Tuesday morning, half an hour or so before the Eureka Inn's big grand reopening shindig. A few workmen pass back and forth in the grande old damme's neatly but sparsely refurbished lobby, on their way to one task or another. A very eager and enthusiastic young woman manned the front counter, unsure about when the dignitaries were supposed to be arriving. She said that just one room had so far been booked for that night, the historic hotel's first night in business since 2004. This would be the softest of launches.
After a few minutes, out came Inn owner Libo Zhu, dressed to the nines for the occasion. His front desk receptionist, whose love for the building seemed to match its owner's, fawned over him for a moment. He smiled his big smile. Everyone who has met Zhu seems to be instantly struck with the notion that they have just met the world's nicest fellow. But then another notion strikes: Is the poor guy in over his head?
The man himself makes no bones. "We're looking for financing," he said from behind the counter, eyes searching his interlocutor's face to gauge whether his meaning has survived his badly broken English. "We need to polish the hotel. If we get money, we will be all the way back quickly."
Zhu closed escrow on the Inn the very day that Merrill Lynch crashed, he said, and he wouldn't be able to spend much more of his own savings in restoring the place. Already he has addressed the building's chronic plumbing problems. There's a new boiler and a new laundry facility, he said. Still to come, though, are the restaurant, the bar, the meeting rooms and finishing touches on the half of the Inn's 100 rooms that are not yet open for rental. He opened the Inn for now, with rooms at bargain prices, because he needs the cash flow.
More to the point, though: He needs capital. There have been some talks with the Hilton chain. Zhu said that they want to see the Inn brought up to snuff -- not total Hiltonian luxury, just a decent level of customer comfort -- before they think about investing. He has high hopes.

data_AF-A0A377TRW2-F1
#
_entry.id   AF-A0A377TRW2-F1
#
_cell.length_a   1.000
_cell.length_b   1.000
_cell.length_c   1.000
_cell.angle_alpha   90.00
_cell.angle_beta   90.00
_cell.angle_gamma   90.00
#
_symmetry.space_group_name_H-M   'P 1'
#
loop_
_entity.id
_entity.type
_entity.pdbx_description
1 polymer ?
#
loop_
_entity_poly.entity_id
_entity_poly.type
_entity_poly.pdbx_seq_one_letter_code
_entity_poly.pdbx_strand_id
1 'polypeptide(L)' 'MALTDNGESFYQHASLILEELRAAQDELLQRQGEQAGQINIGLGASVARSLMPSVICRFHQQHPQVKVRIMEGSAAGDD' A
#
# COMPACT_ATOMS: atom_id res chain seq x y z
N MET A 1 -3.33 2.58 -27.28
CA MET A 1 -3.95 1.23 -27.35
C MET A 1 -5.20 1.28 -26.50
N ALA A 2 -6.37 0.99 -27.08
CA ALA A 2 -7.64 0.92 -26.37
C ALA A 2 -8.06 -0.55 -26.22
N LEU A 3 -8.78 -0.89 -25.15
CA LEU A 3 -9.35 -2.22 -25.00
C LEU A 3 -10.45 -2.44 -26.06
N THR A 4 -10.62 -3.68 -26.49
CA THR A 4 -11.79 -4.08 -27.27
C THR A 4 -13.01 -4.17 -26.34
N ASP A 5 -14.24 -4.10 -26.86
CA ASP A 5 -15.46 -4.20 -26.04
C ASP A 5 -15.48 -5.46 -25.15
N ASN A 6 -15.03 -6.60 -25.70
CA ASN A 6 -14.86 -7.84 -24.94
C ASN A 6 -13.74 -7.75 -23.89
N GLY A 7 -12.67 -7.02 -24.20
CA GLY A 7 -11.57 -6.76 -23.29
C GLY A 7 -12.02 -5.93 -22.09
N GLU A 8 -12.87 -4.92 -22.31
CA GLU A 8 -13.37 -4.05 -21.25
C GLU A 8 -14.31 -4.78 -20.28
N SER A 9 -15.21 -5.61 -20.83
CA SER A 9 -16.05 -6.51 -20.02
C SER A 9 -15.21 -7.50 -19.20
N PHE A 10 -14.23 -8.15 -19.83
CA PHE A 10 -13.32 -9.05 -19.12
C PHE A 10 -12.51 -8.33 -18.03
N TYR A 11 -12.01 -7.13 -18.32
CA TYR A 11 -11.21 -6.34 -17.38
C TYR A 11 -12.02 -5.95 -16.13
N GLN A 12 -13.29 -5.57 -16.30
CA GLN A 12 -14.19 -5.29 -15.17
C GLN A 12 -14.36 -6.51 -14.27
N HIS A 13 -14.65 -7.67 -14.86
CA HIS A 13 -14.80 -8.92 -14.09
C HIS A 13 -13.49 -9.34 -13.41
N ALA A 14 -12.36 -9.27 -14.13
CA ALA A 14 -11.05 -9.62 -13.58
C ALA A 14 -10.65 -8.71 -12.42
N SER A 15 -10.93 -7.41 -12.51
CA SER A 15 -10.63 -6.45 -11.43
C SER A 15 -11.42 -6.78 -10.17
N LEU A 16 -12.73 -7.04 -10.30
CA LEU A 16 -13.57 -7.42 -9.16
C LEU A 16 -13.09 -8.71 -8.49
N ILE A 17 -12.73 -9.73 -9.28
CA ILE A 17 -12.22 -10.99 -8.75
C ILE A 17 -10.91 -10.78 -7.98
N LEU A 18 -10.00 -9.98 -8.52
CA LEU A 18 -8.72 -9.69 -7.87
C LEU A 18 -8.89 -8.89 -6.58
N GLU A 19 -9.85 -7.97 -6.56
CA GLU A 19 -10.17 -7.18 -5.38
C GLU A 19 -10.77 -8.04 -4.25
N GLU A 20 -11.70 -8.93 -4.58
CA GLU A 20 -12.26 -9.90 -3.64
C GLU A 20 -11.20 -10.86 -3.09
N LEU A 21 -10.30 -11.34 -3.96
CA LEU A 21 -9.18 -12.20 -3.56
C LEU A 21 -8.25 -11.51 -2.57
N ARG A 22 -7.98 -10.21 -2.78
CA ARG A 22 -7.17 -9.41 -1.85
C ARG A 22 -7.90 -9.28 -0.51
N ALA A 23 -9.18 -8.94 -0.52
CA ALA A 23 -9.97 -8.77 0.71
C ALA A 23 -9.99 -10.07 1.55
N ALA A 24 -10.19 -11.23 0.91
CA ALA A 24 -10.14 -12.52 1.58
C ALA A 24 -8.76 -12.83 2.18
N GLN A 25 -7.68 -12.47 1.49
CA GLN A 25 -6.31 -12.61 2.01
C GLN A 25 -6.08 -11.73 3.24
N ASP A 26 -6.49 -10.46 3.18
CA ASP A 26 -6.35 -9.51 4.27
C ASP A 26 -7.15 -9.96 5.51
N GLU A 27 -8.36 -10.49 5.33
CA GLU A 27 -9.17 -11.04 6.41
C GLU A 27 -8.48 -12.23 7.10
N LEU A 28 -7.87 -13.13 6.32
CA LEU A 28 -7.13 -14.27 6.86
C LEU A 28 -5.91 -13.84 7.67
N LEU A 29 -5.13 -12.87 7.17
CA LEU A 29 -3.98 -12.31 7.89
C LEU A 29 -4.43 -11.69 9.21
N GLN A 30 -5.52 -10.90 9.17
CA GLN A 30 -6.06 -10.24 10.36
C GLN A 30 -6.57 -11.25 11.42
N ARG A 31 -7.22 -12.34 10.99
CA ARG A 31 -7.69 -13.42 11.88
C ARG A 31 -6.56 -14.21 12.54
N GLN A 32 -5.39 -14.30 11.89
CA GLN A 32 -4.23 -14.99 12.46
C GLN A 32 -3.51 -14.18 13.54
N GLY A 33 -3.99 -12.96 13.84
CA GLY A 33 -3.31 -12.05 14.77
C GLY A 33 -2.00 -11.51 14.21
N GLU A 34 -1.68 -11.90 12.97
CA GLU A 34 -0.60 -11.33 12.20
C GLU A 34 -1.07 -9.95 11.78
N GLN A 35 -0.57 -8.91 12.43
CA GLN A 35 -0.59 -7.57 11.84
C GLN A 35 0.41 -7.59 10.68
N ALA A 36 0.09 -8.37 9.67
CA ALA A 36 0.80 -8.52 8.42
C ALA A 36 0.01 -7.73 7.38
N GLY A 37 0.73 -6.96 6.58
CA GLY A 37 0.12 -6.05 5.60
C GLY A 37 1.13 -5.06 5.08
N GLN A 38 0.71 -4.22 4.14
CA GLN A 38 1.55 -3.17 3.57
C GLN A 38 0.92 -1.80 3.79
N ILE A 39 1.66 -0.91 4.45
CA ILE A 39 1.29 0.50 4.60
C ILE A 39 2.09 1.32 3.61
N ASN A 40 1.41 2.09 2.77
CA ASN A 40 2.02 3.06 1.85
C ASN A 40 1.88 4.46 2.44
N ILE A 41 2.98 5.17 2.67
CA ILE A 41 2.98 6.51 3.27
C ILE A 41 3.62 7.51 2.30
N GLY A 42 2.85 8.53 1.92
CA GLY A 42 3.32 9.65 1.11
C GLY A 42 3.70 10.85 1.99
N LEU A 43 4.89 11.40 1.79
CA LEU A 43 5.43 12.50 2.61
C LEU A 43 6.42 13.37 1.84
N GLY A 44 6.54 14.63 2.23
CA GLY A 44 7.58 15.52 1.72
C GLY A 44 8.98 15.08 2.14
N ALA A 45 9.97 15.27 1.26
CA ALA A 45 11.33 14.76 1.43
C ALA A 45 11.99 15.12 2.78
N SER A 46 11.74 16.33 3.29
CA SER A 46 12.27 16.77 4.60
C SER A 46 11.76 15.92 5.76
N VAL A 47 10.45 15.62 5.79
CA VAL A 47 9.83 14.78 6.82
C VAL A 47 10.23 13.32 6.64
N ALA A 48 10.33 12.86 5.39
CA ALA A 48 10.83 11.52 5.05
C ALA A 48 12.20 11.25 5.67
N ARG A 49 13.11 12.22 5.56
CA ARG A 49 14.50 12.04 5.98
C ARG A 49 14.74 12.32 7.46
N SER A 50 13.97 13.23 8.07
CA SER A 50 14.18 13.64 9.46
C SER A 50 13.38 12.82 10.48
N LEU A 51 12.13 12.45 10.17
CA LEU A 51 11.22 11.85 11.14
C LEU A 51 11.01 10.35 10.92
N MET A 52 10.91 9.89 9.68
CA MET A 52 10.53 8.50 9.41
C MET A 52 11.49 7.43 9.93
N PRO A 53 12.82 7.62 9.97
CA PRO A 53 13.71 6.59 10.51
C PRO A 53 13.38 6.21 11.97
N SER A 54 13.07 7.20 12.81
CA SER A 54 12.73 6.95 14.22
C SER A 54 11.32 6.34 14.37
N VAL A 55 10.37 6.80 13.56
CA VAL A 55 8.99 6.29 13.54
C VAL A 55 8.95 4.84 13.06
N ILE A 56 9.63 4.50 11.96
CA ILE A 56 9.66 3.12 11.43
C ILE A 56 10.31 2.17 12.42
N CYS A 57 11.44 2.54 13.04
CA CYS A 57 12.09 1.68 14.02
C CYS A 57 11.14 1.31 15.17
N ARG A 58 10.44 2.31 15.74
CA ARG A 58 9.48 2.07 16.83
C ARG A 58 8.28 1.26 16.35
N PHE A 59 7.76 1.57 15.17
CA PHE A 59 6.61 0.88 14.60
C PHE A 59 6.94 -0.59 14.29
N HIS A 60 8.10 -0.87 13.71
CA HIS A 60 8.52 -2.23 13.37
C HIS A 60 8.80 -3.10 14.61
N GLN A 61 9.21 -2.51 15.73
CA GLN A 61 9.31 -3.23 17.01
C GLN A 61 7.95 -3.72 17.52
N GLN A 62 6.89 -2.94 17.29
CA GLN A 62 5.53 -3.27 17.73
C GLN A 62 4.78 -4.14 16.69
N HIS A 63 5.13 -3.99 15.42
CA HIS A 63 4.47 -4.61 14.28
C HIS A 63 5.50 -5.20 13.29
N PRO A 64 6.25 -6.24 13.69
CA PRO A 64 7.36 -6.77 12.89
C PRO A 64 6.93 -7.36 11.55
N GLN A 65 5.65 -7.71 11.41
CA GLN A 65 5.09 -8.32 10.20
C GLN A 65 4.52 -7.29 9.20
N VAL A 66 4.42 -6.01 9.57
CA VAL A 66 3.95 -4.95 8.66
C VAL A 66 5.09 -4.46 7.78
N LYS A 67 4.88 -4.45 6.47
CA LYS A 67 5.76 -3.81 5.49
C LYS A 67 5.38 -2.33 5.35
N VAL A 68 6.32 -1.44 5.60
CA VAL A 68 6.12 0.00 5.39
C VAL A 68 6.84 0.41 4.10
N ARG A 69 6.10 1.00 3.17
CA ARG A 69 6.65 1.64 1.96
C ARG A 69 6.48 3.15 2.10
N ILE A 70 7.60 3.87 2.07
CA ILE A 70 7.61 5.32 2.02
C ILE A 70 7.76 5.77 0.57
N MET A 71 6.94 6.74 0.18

And they may be well founded, for all I know. But I made a suggestion to Zhu on Tuesday, and now I would like to make the same suggestion to the public at large: Instead of the Hilton or Hyatt or Holiday Inn, turn your attention to McMenamins, the extraordinary hotel, restaurant and entertainment chain out of Oregon. For one, the McMenamin brothers are far more likely than the big boys to take an interest in the historic Inn. Also, they are far more likely to know what to do with it, because they've done similar things with similar buildings all over the Pacific Northwest. Lastly: Eureka as a whole would reap massive cultural and economic rewards from welcoming a McMenamins, rewards that go far beyond the flat bed taxes that the likes of Hilton would offer.
Anyone who's ever stayed at a McMenamins hotel -- most of which are just as old and historic and central to their communities as the Inn is to ours -- will tell you that it is an extraordinary experience. Here you are in some grand old building, which looks as it did 100 years ago -- and yet it is full of youth and life! It's not a stuffy museum, a tribute to a glorious bygone era; it is that era revivified. People are dining, drinking, dancing, going out for a night on the town in high style.
How does McMenamins do it? Simple: They know their audience. Unlike the Hilton or what have you, they don't assume that their places are for the extraordinarily rich and/or old. They keep their accommodations simple, as they used to be -- European-style, rather than reverse-engineered for every ridiculous modern American convenience. They serve quality food that average people can afford. They don't book cold, retro jazz Muzak combos; they book touring bands that someone under 40 might be excited to see. In every town they are in, they are centers of living culture.
We are hungry for just such a place. In years past, this community has come together to rally for Trader Joe's, or Costco gas pumps, or for Google's high-speed fiber optic lines. None of those things, up to and including Google fiber, would bring anywhere near the massive cultural benefits that a Eureka Inn/McMenamins alliance would bring to the county. I hereby pledge to do whatever I can do to make such a thing happen, and I'm asking for your pledge to do the same.
The campaign begins here! Draft McMenamins!